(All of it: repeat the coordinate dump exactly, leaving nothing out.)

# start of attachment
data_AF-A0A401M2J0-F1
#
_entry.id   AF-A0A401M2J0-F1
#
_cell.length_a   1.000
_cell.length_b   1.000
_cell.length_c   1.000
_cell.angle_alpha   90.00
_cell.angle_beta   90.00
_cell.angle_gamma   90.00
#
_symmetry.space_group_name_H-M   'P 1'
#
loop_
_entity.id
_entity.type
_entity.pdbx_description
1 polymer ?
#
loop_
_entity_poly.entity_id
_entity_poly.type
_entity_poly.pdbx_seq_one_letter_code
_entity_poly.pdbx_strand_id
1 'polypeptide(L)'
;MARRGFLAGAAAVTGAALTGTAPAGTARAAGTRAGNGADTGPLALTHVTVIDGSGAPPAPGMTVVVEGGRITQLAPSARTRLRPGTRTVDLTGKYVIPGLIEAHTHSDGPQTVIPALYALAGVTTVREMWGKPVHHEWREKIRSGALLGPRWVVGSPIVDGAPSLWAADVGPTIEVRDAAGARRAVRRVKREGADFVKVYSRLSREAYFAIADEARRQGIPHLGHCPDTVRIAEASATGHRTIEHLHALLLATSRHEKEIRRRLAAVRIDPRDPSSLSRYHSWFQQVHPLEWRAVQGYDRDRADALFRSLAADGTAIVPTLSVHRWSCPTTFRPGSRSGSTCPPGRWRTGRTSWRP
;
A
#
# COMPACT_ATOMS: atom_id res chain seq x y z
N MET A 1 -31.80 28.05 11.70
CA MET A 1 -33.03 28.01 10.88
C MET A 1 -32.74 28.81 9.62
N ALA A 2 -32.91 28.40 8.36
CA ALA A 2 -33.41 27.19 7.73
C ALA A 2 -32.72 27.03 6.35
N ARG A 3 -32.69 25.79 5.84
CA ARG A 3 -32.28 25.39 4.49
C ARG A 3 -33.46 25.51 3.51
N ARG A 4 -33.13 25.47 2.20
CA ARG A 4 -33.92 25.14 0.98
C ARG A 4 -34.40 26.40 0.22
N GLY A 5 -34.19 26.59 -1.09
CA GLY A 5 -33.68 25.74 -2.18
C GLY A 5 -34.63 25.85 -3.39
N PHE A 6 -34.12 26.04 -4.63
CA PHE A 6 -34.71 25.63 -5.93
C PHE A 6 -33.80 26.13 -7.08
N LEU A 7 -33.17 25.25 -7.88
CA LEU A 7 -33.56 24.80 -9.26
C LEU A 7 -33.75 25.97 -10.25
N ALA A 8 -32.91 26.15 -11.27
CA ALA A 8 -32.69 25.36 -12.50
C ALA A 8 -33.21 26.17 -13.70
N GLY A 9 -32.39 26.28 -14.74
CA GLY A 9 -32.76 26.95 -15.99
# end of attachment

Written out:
data_AF-A0A401M2J0-F1
#
_entry.id   AF-A0A401M2J0-F1
#
_cell.length_a   1.000
_cell.length_b   1.000
_cell.length_c   1.000
_cell.angle_alpha   90.00
_cell.angle_beta   90.00
_cell.angle_gamma   90.00
#
_symmetry.space_group_name_H-M   'P 1'
#
loop_
_entity.id
_entity.type
_entity.pdbx_description
1 polymer ?
#
loop_
_entity_poly.entity_id
_entity_poly.type
_entity_poly.pdbx_seq_one_letter_code
_entity_poly.pdbx_strand_id
1 'polypeptide(L)'
;MARRGFLAGAAAVTGAALTGTAPAGTARAAGTRAGNGADTGPLALTHVTVIDGSGAPPAPGMTVVVEGGRITQLAPSARTRLRPGTRTVDLTGKYVIPGLIEAHTHSDGPQTVIPALYALAGVTTVREMWGKPVHHEWREKIRSGALLGPRWVVGSPIVDGAPSLWAADVGPTIEVRDAAGARRAVRRVKREGADFVKVYSRLSREAYFAIADEARRQGIPHLGHCPDTVRIAEASATGHRTIEHLHALLLATSRHEKEIRRRLAAVRIDPRDPSSLSRYHSWFQQVHPLEWRAVQGYDRDRADALFRSLAADGTAIVPTLSVHRWSCPTTFRPGSRSGSTCPPGRWRTGRTSWRP
;
A
#
# COMPACT_ATOMS: atom_id res chain seq x y z
N MET A 1 -31.80 28.05 11.70
CA MET A 1 -33.03 28.01 10.88
C MET A 1 -32.74 28.81 9.62
N ALA A 2 -32.91 28.40 8.36
CA ALA A 2 -33.41 27.19 7.73
C ALA A 2 -32.72 27.03 6.35
N ARG A 3 -32.69 25.79 5.84
CA ARG A 3 -32.28 25.39 4.49
C ARG A 3 -33.46 25.51 3.51
N ARG A 4 -33.13 25.47 2.20
CA ARG A 4 -33.92 25.14 0.98
C ARG A 4 -34.40 26.40 0.22
N GLY A 5 -34.19 26.59 -1.09
CA GLY A 5 -33.68 25.74 -2.18
C GLY A 5 -34.63 25.85 -3.39
N PHE A 6 -34.12 26.04 -4.63
CA PHE A 6 -34.71 25.63 -5.93
C PHE A 6 -33.80 26.13 -7.08
N LEU A 7 -33.17 25.25 -7.88
CA LEU A 7 -33.56 24.80 -9.26
C LEU A 7 -33.75 25.97 -10.25
N ALA A 8 -32.91 26.15 -11.27
CA ALA A 8 -32.69 25.36 -12.50
C ALA A 8 -33.21 26.17 -13.70
N GLY A 9 -32.39 26.28 -14.74
CA GLY A 9 -32.76 26.95 -15.99